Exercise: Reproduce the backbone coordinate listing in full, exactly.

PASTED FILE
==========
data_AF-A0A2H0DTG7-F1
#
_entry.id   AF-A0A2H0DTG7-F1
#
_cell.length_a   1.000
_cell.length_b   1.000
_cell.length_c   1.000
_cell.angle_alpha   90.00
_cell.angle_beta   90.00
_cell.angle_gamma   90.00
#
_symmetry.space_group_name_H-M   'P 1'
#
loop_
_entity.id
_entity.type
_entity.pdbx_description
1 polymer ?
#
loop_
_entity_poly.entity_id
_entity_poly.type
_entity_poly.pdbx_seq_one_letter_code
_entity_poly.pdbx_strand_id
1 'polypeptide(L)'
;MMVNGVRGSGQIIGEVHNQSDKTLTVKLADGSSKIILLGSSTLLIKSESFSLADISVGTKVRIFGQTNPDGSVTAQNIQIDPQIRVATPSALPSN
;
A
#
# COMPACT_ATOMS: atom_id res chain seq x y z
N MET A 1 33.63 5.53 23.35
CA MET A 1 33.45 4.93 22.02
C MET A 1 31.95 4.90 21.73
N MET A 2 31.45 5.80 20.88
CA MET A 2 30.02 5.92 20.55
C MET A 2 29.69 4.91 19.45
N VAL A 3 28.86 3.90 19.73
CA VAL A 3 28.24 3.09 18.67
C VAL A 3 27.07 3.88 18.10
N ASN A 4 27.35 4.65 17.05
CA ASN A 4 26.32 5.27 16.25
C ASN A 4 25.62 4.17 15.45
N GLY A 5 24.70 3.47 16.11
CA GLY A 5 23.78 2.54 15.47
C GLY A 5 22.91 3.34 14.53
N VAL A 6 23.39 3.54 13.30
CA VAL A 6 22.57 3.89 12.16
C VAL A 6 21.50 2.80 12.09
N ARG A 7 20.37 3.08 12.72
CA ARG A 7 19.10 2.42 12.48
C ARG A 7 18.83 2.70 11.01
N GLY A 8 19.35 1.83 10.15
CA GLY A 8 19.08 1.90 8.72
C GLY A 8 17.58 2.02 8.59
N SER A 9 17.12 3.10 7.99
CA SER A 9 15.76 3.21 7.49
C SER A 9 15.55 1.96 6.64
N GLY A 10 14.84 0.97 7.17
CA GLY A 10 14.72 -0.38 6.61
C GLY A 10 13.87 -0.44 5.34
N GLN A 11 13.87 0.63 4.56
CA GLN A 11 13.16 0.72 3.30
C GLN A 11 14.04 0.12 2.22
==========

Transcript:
data_AF-A0A2H0DTG7-F1
#
_entry.id   AF-A0A2H0DTG7-F1
#
_cell.length_a   1.000
_cell.length_b   1.000
_cell.length_c   1.000
_cell.angle_alpha   90.00
_cell.angle_beta   90.00
_cell.angle_gamma   90.00
#
_symmetry.space_group_name_H-M   'P 1'
#
loop_
_entity.id
_entity.type
_entity.pdbx_description
1 polymer ?
#
loop_
_entity_poly.entity_id
_entity_poly.type
_entity_poly.pdbx_seq_one_letter_code
_entity_poly.pdbx_strand_id
1 'polypeptide(L)'
;MMVNGVRGSGQIIGEVHNQSDKTLTVKLADGSSKIILLGSSTLLIKSESFSLADISVGTKVRIFGQTNPDGSVTAQNIQIDPQIRVATPSALPSN
;
A
#
# COMPACT_ATOMS: atom_id res chain seq x y z
N MET A 1 33.63 5.53 23.35
CA MET A 1 33.45 4.93 22.02
C MET A 1 31.95 4.90 21.73
N MET A 2 31.45 5.80 20.88
CA MET A 2 30.02 5.92 20.55
C MET A 2 29.69 4.91 19.45
N VAL A 3 28.86 3.90 19.73
CA VAL A 3 28.24 3.09 18.67
C VAL A 3 27.07 3.88 18.10
N ASN A 4 27.35 4.65 17.05
CA ASN A 4 26.32 5.27 16.25
C ASN A 4 25.62 4.17 15.45
N GLY A 5 24.70 3.47 16.11
CA GLY A 5 23.78 2.54 15.47
C GLY A 5 22.91 3.34 14.53
N VAL A 6 23.39 3.54 13.30
CA VAL A 6 22.57 3.89 12.16
C VAL A 6 21.50 2.80 12.09
N ARG A 7 20.37 3.08 12.72
CA ARG A 7 19.10 2.42 12.48
C ARG A 7 18.83 2.70 11.01
N GLY A 8 19.35 1.83 10.15
CA GLY A 8 19.08 1.90 8.72
C GLY A 8 17.58 2.02 8.59
N SER A 9 17.12 3.10 7.99
CA SER A 9 15.76 3.21 7.49
C SER A 9 15.55 1.96 6.64
N GLY A 10 14.84 0.97 7.17
CA GLY A 10 14.72 -0.38 6.61
C GLY A 10 13.87 -0.44 5.34
N GLN A 11 13.87 0.63 4.56
CA GLN A 11 13.16 0.72 3.30
C GLN A 11 14.04 0.12 2.22